Written and video statement by the Court of Appeal on 26 July 2019.
FARUK ORMAN v THE QUEEN
26 July 2019
President Maxwell, Justice Niall and Justice Emerton
On 29 September 2009, Faruk Orman was found guilty by a Supreme Court jury of the murder of Victor Peirce. He was sentenced to 20 years’ imprisonment, and a non-parole period of 14 years was fixed.
On 21 September 2010, this Court refused his application for leave to appeal against that conviction and, in February 2011, the High Court refused special leave to appeal.
On 4 February this year, Mr Orman filed a petition of mercy with the Attorney-General, seeking a referral to this Court pursuant to s 327 of the Criminal Procedure Act 2009. He provided detailed submissions and evidence in support of the petition in April and May 2019. Among other things, the petition alleged that he was denied a fair trial because of the conduct of Nicola Gobbo and her role as a human source for Victoria Police.
On 25 June this year, the Attorney-General advised the Chief Justice that she had decided to refer the whole case to the Court of Appeal . That means, under s 327(2) of the Criminal Procedure Act, that the Court of Appeal ‘must hear and determine the case as if it were an appeal ’.
Following that referral, Mr Orman filed an application for bail pending the hearing and determination of the appeal. The bail application first came before the Court on 10 July 2019, and was adjourned to 2 August 2019. Subsequently, the Director of Public Prosecutions requested that the matter be brought on at an earlier date.
The bail application was supported by an affidavit of Mr Orman’s solicitor , which included a number of allegations about Ms Gobbo’s conduct. In a written response filed on 24 July, the Director has indicated that the Crown does not accept the factual basis for the majority of the allegations.
Four allegations in particular are disputed, for reasons set out in the response. It is unnecessary for present purposes to deal with those matters. The Director has foreshadowed that her response will be made available today.
What is significant is that the Director’s response makes a number of factual concessions, which include the following:
(a) from as early as October 2002, Ms Gobbo represented a person (‘witness Q’), on whose evidence the murder case against Mr Orman substantially depended. Ms Gobbo continued to represent witness Q from time to time until 8 August 2008;
(b) on 11 October 2006, Ms Gobbo was engaged by Mr Orman to represent him in relation to charges he was then facing in Queensland. She continued to represent him from time to time until at least 10 December 2008;
(c) on 9 November 2007, at a time when she was engaged to act on behalf of Mr Orman, Ms Gobbo improperly took active steps to ensure that witness Q gave evidence against Mr Orman in the murder trial.
The Crown concedes that, as a result of Ms Gobbo’s conduct on 9 November 2007, there was a substantial miscarriage of justice, within the meaning of s 276(1)(c) of the Criminal Procedure Act. The Crown’s submission is that the appeal must therefore be allowed.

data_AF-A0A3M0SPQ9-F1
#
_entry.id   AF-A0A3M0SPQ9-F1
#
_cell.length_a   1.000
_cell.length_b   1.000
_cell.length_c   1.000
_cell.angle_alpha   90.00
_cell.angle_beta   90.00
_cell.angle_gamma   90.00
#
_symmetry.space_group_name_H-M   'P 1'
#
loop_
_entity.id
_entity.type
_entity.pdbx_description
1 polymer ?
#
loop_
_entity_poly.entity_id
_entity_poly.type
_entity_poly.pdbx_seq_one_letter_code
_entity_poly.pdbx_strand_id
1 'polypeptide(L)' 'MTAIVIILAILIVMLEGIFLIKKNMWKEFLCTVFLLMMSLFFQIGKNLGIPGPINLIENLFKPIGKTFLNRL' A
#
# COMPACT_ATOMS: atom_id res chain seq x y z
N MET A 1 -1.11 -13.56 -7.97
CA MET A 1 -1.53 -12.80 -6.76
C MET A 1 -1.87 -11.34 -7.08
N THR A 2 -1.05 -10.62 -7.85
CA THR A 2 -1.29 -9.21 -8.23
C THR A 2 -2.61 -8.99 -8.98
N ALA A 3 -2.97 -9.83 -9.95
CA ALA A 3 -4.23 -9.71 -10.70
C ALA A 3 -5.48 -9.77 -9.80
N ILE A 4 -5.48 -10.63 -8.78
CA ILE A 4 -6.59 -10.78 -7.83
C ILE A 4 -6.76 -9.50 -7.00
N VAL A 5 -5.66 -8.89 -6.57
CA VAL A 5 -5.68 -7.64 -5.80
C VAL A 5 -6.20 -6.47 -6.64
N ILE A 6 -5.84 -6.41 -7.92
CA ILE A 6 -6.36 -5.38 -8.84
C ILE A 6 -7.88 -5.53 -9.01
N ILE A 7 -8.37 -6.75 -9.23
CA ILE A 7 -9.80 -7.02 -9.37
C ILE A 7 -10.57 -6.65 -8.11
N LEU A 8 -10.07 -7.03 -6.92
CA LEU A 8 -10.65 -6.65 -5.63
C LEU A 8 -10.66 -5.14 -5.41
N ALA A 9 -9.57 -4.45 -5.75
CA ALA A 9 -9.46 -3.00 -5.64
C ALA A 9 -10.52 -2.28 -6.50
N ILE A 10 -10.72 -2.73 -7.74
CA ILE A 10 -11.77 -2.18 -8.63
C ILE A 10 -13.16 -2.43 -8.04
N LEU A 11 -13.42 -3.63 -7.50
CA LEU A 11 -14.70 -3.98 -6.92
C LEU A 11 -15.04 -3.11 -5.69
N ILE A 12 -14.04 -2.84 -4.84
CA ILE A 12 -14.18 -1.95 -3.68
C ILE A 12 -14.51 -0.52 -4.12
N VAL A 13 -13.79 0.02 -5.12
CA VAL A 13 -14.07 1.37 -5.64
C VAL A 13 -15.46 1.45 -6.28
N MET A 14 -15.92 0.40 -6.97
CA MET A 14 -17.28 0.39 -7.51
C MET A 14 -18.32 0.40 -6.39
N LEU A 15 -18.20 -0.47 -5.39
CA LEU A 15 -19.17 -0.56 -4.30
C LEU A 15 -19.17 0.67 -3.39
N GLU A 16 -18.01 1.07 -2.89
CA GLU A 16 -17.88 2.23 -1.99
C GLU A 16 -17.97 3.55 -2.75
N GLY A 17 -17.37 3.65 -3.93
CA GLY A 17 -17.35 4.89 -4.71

Disposing of the appeal
In our view, the Crown’s concession is properly made. We proceed on the basis of the facts conceded by the Director. Because of that concession, it has not been necessary for the Court to undertake any factual investigation of its own. Nor, of course, do we need to say anything about the contested factual allegations.
The Director concedes that Ms Gobbo, while acting for Mr Orman, pursued the presentation of the principal evidence against him on the charge of murder. Self-evidently, that conduct was a fundamental breach of her duties to Mr Orman and to the Court. We refer, as did the Director, to the following statement of the High Court in Tuckiar v The King:
Our system of administering justice necessarily imposes upon those who practise advocacy duties which have no analogies, and the system cannot dispense with their strict observance. 
On the facts as conceded, Ms Gobbo’s conduct subverted Mr Orman’s right to a fair trial, and went to the very foundations of the system of criminal trial. There was, accordingly, a substantial miscarriage of justice.  The appeal must therefore be allowed. The question which then arises is whether there should be an order for a new trial or whether, instead, a judgment of acquittal should be entered. Those are the relevant options under s 277(1) of the Criminal Procedure Act. The Director draws attention to the decision of the High Court in DPP (Nauru) v Fowler, which requires the Court in deciding whether or not to order a new trial to take into account —
any circumstances that might render it unjust to the accused to make him stand trial again, remembering however that the public interest in the proper administration of justice must be considered as well as the interests of the individual accused. 
Although witness Q’s evidence is said to be ‘in theory, still available’, and the Crown does not concede that it is inadmissible, it is nevertheless conceded that it would be unjust to order a re-trial. This is said to be so because there has been ‘significant time’ since the events the subject of the charge took place. Further, the Director says, Mr Orman:
has already served a significant portion of his non-parole period and by the time any re-trial is heard, subject to any grant of bail, he will have served more.
In our view, that concession is also properly made. We will order that the appeal be allowed, the conviction for murder set aside and in its place a judgment of acquittal be entered for the offence of murder.
 (1934) 52 CLR 335, 347.
 See Wilde v The Queen (1988) 164 CLR 365, 373. OKS v Western Australia  HCA 10, .
 (1984) 154 CLR 627, 630.